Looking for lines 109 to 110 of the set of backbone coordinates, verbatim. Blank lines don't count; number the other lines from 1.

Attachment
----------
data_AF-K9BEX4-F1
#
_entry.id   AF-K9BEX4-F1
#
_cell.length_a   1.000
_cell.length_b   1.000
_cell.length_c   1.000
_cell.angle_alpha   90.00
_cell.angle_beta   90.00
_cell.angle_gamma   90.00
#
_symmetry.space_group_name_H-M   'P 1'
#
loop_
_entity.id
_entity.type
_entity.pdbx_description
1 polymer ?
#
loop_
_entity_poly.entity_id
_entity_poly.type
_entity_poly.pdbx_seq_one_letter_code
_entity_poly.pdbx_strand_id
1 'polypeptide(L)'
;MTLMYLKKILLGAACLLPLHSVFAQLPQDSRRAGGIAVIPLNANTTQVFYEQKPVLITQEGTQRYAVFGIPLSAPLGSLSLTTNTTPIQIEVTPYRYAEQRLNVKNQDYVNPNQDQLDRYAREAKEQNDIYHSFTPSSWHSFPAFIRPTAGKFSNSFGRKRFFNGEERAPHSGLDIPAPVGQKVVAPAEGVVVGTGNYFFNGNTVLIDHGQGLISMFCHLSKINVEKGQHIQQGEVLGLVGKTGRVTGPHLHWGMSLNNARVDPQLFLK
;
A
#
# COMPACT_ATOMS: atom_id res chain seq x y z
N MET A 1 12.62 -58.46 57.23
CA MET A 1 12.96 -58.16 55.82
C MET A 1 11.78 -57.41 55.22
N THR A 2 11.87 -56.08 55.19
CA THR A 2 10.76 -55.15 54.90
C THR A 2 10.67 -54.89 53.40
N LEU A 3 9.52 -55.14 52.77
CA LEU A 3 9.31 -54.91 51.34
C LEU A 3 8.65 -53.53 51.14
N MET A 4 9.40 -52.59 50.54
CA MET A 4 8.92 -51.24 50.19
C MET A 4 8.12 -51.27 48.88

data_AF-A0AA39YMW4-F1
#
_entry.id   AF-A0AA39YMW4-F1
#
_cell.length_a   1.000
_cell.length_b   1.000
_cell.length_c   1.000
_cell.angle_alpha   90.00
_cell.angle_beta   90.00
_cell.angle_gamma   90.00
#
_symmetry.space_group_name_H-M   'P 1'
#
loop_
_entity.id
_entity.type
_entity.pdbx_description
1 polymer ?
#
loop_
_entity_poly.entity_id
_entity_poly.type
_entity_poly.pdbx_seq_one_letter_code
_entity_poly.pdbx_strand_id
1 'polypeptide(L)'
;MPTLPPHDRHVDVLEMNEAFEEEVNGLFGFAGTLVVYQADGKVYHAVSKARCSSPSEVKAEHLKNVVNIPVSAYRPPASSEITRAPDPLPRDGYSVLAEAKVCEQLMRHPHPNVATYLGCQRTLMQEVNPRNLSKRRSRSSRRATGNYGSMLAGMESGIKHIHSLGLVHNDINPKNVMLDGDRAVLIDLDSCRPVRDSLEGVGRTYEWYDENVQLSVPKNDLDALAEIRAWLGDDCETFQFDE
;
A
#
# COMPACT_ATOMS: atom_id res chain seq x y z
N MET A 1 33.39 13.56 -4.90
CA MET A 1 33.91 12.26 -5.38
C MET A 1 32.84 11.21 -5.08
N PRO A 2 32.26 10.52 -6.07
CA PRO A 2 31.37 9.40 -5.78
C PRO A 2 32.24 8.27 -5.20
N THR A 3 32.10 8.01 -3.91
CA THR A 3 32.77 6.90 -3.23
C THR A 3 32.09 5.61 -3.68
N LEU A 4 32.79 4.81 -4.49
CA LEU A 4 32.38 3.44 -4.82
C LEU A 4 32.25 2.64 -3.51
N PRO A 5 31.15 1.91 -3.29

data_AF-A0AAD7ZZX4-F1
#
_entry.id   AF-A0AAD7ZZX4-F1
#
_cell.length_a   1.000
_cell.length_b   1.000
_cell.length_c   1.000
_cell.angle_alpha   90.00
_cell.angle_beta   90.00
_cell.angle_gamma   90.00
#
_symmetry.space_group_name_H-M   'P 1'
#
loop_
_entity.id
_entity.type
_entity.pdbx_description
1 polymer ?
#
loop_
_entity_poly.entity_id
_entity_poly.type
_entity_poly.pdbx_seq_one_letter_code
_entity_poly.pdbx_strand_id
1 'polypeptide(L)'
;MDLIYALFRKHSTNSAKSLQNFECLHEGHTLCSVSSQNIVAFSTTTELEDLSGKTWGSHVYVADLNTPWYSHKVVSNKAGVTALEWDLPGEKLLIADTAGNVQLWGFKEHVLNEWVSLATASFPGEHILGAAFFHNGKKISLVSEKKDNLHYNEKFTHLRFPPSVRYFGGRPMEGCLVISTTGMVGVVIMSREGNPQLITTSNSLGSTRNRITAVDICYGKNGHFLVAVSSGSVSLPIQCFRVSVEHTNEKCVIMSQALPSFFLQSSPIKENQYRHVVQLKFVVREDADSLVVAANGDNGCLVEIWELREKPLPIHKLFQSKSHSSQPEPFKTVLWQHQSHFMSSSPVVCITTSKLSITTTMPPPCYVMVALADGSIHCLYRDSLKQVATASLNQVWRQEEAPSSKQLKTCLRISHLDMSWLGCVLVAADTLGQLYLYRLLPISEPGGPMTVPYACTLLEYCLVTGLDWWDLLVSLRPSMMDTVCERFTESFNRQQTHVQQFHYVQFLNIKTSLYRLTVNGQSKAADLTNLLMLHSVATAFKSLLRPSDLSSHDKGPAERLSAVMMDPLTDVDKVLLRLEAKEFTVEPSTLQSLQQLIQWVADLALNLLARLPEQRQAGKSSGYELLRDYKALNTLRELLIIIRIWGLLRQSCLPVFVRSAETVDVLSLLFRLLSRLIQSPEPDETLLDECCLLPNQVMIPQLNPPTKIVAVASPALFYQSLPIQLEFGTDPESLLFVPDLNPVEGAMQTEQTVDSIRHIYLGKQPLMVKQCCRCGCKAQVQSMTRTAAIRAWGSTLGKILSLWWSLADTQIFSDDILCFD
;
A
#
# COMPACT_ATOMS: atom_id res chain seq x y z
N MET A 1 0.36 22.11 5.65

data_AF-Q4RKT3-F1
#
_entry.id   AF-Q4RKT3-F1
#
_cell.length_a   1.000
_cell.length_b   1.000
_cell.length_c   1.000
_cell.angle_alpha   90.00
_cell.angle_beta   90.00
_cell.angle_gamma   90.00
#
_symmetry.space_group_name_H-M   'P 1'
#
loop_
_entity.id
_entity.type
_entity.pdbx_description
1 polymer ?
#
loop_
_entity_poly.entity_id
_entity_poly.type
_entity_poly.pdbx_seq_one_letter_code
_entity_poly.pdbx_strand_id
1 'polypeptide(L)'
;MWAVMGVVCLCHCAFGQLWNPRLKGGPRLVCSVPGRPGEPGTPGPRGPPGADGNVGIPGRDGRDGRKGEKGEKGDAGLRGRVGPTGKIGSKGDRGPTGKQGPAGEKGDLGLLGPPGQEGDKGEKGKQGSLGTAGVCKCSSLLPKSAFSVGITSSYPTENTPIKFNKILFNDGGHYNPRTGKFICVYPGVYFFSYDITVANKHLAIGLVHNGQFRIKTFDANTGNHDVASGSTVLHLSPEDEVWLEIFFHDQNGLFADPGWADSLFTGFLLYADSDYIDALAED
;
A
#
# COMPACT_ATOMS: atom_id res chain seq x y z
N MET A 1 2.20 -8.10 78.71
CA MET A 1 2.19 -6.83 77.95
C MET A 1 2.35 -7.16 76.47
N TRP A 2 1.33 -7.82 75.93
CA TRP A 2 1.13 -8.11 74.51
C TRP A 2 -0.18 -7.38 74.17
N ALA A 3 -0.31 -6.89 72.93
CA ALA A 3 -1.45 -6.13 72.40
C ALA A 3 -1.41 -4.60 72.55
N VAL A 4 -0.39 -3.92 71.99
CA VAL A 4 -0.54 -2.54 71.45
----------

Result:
_entity_poly.pdbx_strand_id
1 'polypeptide(L)'